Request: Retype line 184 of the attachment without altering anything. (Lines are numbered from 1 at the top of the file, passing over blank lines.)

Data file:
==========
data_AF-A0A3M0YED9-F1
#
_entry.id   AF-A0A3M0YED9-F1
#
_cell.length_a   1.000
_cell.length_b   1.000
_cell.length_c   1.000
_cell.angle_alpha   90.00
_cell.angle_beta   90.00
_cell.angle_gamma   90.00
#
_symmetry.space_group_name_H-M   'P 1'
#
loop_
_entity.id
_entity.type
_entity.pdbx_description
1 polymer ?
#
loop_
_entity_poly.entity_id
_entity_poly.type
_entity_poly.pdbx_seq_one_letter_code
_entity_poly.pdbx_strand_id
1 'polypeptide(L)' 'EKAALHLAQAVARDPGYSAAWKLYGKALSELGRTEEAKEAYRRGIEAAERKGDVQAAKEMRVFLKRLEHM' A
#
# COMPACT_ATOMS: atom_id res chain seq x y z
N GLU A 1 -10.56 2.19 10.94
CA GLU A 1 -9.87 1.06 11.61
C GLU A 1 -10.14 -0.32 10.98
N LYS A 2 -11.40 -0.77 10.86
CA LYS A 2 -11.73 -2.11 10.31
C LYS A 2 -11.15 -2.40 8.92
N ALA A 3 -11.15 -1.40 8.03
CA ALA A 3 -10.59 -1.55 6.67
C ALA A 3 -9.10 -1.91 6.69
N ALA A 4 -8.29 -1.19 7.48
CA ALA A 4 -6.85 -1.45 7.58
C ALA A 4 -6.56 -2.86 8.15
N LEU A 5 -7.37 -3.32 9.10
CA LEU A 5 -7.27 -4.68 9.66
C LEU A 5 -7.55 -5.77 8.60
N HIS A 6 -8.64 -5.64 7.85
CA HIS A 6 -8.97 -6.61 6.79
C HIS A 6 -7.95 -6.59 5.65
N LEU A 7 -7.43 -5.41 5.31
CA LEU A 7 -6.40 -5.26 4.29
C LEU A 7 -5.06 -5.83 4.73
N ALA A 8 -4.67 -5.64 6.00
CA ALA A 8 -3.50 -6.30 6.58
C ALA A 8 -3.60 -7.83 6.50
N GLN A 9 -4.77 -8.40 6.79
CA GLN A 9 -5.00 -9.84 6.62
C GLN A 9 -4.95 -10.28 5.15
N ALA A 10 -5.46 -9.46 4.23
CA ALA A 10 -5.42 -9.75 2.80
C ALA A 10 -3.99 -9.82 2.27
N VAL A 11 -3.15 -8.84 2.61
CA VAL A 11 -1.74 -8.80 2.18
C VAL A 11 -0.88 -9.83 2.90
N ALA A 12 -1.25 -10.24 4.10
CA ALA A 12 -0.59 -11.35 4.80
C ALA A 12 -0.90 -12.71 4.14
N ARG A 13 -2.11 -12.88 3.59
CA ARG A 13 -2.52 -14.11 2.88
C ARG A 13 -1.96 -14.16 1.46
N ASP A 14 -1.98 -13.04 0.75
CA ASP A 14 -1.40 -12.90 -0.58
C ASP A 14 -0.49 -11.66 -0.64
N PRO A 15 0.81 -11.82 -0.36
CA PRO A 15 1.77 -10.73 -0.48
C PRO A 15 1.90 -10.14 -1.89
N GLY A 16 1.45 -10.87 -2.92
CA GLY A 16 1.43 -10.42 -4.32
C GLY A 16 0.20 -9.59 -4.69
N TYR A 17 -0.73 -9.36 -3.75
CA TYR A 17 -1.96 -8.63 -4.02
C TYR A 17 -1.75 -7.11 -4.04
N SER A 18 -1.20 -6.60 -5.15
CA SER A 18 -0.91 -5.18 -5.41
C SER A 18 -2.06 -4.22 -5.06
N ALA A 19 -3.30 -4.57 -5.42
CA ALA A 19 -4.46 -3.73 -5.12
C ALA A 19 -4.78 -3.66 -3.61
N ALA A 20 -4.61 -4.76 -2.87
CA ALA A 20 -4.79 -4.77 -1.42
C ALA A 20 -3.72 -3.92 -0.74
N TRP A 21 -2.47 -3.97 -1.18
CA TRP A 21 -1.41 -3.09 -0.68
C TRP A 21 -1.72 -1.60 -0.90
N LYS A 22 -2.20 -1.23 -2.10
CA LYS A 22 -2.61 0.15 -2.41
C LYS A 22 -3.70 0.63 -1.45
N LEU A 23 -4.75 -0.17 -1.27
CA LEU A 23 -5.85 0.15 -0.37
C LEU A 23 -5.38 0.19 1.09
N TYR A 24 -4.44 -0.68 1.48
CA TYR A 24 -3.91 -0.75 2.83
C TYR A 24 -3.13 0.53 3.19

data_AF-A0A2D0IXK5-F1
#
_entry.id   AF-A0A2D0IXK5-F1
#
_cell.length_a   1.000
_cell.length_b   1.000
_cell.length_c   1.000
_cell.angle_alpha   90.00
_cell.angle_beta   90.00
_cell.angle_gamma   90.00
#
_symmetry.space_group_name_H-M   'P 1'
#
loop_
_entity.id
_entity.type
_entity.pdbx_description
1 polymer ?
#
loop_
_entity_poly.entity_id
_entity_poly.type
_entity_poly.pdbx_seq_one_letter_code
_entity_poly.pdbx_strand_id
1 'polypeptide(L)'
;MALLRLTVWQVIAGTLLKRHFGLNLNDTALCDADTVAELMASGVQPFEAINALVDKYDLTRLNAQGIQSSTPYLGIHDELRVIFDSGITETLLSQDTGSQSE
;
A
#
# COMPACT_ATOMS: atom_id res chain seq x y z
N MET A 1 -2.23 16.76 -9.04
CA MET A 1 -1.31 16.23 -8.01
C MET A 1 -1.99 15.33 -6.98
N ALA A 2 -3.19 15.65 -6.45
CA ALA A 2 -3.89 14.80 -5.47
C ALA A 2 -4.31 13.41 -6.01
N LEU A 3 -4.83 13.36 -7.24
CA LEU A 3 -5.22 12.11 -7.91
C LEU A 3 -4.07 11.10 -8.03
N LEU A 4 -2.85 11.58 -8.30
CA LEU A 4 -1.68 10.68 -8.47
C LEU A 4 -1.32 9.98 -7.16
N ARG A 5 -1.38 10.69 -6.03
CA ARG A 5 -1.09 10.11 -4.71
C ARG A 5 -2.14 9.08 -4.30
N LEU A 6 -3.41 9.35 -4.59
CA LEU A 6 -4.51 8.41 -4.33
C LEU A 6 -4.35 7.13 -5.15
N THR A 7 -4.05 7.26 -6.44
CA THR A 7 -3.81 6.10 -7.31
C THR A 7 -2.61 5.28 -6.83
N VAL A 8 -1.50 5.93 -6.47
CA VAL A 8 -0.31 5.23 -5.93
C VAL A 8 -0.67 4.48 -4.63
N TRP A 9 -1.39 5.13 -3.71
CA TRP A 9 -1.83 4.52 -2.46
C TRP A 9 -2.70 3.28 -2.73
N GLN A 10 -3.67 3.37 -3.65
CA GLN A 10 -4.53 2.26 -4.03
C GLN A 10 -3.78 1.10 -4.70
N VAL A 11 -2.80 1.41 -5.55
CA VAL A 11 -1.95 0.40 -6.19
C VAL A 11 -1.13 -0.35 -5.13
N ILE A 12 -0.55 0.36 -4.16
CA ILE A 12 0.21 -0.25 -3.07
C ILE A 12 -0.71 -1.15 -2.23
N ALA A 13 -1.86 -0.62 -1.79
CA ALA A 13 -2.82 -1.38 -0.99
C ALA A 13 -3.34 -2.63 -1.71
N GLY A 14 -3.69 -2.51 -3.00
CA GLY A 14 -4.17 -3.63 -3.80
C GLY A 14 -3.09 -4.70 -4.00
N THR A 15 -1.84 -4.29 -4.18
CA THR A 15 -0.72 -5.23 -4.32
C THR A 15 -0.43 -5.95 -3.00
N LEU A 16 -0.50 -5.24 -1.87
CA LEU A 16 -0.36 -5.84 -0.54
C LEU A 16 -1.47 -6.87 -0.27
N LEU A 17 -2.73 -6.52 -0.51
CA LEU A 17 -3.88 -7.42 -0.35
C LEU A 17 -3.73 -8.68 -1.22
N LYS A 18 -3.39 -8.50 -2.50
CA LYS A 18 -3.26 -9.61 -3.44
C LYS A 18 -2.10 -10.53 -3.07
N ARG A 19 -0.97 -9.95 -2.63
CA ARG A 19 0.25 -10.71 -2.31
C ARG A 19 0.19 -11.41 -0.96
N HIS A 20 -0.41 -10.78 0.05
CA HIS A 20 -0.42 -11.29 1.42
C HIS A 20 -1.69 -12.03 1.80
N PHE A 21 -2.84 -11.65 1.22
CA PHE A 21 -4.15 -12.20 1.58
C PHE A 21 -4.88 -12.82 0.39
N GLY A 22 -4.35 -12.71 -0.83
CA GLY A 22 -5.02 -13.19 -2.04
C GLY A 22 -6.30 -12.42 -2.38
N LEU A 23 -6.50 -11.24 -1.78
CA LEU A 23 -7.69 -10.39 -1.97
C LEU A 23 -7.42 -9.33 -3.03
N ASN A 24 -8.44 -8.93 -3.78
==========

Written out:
N ARG A 19 -0.97 -9.95 -2.63